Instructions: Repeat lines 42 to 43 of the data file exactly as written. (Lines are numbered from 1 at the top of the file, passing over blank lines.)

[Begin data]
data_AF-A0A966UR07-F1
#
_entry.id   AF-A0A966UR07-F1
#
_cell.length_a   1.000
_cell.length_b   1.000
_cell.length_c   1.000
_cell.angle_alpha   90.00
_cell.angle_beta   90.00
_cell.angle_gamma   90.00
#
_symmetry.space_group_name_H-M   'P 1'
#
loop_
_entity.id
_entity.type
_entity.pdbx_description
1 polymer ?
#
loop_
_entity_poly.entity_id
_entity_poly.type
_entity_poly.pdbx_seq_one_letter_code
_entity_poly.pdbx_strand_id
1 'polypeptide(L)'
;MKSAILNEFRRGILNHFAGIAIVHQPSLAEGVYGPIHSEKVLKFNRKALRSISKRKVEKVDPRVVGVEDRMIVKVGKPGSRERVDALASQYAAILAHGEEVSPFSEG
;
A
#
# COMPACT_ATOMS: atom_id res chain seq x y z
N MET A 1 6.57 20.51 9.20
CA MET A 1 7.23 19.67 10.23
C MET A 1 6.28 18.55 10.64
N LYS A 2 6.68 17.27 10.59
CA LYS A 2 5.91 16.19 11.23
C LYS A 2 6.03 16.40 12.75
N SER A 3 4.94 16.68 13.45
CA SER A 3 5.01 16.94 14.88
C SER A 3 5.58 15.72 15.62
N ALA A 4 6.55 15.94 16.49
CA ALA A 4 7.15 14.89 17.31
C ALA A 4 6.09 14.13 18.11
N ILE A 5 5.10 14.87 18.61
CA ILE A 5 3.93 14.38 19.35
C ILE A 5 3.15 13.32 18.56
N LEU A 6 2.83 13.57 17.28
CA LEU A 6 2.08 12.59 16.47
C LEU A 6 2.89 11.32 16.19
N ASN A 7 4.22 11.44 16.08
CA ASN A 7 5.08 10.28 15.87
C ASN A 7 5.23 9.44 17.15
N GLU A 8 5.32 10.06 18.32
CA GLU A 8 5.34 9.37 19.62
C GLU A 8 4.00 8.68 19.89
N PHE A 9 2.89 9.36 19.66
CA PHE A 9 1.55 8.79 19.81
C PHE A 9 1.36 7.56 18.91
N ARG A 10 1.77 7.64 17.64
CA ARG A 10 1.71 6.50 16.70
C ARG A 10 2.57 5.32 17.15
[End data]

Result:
C ALA A 4 6.09 14.13 18.11
N ILE A 5 5.10 14.87 18.61